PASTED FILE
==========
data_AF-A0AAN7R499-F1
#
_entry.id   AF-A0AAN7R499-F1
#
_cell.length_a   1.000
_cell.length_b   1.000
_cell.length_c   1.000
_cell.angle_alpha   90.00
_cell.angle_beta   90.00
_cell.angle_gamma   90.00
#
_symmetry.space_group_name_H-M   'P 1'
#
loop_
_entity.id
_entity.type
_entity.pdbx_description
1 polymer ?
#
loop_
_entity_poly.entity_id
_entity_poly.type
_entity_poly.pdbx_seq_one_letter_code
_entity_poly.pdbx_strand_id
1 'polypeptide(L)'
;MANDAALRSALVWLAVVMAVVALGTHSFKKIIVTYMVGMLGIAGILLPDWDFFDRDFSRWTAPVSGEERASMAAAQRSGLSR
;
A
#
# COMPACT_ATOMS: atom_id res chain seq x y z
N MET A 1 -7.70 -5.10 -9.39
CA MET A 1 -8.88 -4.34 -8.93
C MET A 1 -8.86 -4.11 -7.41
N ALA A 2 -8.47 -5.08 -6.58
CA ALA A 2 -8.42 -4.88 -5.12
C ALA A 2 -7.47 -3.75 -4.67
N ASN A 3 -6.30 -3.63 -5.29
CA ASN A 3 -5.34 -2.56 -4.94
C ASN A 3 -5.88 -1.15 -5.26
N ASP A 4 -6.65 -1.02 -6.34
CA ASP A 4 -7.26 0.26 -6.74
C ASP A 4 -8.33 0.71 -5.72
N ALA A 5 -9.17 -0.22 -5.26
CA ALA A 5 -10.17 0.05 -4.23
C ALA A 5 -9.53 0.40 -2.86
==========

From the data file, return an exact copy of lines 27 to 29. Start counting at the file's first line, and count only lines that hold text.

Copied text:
;
A
#